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Anchored by Jake Tapper, The Lead airs at 4 p.m. ET on CNN.

Anchored by Jake Tapper, The Lead airs at 4 p.m. ET on CNN.

On the Next Episode of The Lead

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March 28th, 2013
06:04 PM ET

Newtown victim’s father: ‘I don’t think people have forgotten’

Though many memories fade with time, how could Neil Heslin forget the tragedy of December 14, when his 6-year-old son and 19 other classmates were massacred at Sandy Hook Elementary School.

It was the killing of those 20 students and six adults in their classrooms by a well-armed gunman who also killed his mother and himself that shocked the nation, and led President Barack Obama to call for a ban on assault weapons, outlawing high-capacity gun magazines and background checks on all gun sales, among other measures. Others feel such legislation would run afoul of the Second Amendment.

“I’m in favor of the Second Amendment,” Heslin said, but the restrictions he supports are “about weapons of war that don’t belong on the streets, they don’t belong in our schools."

“It’s just absurd that a weapon of that nature was brought into an elementary school and killed 20 young children and six educators, my son being one of them. It’s something no parent should have to go through,” he said.

Heslin spoke on CNN’s “The Lead with Jake Tapper” shortly after a White House meeting with Obama and others with a connection to gun violence.

With the families in the room, Obama spoke to the cameras and urged lawmakers to vote on – and pass – proposals that he and others have put forward.

“Tears aren't enough. Expressions of sympathy aren't enough. Speeches aren't enough,” he said.

"Shame on us," Obama said, if the Sandy Hook tragedy does not inspire changes. "We need everybody to remember how we felt 100 days ago and make sure that what we said at that time wasn't just a bunch of platitudes, that we meant it."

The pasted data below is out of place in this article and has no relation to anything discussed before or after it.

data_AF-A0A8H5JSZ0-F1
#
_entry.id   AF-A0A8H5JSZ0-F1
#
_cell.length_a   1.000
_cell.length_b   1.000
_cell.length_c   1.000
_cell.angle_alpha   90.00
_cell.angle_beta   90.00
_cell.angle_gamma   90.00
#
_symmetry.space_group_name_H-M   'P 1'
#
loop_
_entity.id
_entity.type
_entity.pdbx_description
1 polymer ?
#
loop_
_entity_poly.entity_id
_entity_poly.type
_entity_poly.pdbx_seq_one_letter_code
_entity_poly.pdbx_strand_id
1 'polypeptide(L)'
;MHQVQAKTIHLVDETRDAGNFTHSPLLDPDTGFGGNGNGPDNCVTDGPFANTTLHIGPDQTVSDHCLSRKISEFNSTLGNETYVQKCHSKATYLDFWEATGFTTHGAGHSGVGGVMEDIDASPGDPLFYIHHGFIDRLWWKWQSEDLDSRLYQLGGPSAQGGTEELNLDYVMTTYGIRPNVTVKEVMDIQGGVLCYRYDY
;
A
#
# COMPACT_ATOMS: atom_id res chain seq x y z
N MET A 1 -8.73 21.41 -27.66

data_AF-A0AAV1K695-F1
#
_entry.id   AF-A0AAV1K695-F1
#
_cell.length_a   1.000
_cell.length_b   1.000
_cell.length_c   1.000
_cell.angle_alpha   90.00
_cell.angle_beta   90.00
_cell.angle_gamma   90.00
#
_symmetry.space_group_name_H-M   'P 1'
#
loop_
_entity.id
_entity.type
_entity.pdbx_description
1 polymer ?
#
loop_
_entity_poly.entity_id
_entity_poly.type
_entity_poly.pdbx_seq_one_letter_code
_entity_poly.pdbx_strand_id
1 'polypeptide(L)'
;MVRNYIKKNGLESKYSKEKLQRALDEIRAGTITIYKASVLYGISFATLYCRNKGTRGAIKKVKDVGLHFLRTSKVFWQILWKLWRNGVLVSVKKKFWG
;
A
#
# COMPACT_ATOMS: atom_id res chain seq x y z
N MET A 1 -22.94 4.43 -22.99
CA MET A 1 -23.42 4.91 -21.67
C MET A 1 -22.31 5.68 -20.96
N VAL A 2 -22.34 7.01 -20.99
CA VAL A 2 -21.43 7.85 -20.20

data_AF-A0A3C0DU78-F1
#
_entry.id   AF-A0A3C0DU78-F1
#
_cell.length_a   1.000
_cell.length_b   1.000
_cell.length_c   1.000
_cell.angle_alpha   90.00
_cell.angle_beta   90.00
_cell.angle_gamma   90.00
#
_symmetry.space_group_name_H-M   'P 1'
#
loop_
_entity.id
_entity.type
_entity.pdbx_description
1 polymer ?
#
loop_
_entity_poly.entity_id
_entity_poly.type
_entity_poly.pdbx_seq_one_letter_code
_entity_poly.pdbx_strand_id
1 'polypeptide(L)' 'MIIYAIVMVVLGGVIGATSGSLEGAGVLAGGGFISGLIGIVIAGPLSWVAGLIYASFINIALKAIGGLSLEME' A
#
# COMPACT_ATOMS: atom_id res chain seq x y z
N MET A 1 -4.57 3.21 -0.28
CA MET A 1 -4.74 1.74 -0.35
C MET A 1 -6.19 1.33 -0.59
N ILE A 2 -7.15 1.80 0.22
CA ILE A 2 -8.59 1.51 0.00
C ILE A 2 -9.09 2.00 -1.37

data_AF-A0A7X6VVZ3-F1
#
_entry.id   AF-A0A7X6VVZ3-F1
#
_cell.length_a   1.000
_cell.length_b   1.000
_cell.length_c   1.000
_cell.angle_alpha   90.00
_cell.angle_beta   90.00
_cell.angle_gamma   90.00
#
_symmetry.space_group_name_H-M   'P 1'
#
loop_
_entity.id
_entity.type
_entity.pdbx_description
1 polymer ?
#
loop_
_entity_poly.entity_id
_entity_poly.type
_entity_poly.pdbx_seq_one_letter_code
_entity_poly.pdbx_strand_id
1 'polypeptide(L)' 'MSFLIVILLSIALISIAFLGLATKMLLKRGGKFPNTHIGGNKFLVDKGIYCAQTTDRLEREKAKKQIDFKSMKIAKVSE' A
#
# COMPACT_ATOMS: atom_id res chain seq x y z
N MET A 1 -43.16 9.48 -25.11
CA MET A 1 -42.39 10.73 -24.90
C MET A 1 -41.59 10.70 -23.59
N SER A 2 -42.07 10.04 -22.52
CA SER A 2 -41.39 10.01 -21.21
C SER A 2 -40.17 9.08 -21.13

He spoke as polls have shown declining support for gun control measures, and as new details have come out about the shooting in documents released by police on Thursday.

Heslin said the president assured him in their meeting “that he’s still committed to pushing through change, and stronger gun regulations, and bans on assault weapons and high capacity magazines, and background checks.”

But many of those proposals are considered unlikely to survive Congress and land on the president’s desk. Sen. Rand Paul, R-Kentucky, said he and two other senators plan to filibuster the background check and gun trafficking legislation that Senate Majority Leader Harry Reid said the body will consider next month.

Heslin said he wants people around the country “to stand up and tell their congressman what to do, and what changes need to happen."

“Push for a ban on assault weapons and high capacity magazines and background checks,” he said. “Mental health is a big issue. It’s a complicated issue. I think better school safety definitely needs to be addressed.”

Schools, he said, “have the most precious thing in the world, our children.”

His child “loved everything about life,” including school, his teacher, who was also killed, and animals. “His main goal was to have fun and enjoy life,” Heslin said.

He added, “I thought Sandy Hook Elementary was a secure school by standards. You had to be buzzed in. Who would ever think that somebody would shoot their way into an elementary school. I never thought it would happen in Sandy Hook. I couldn’t even being to imagine it.”

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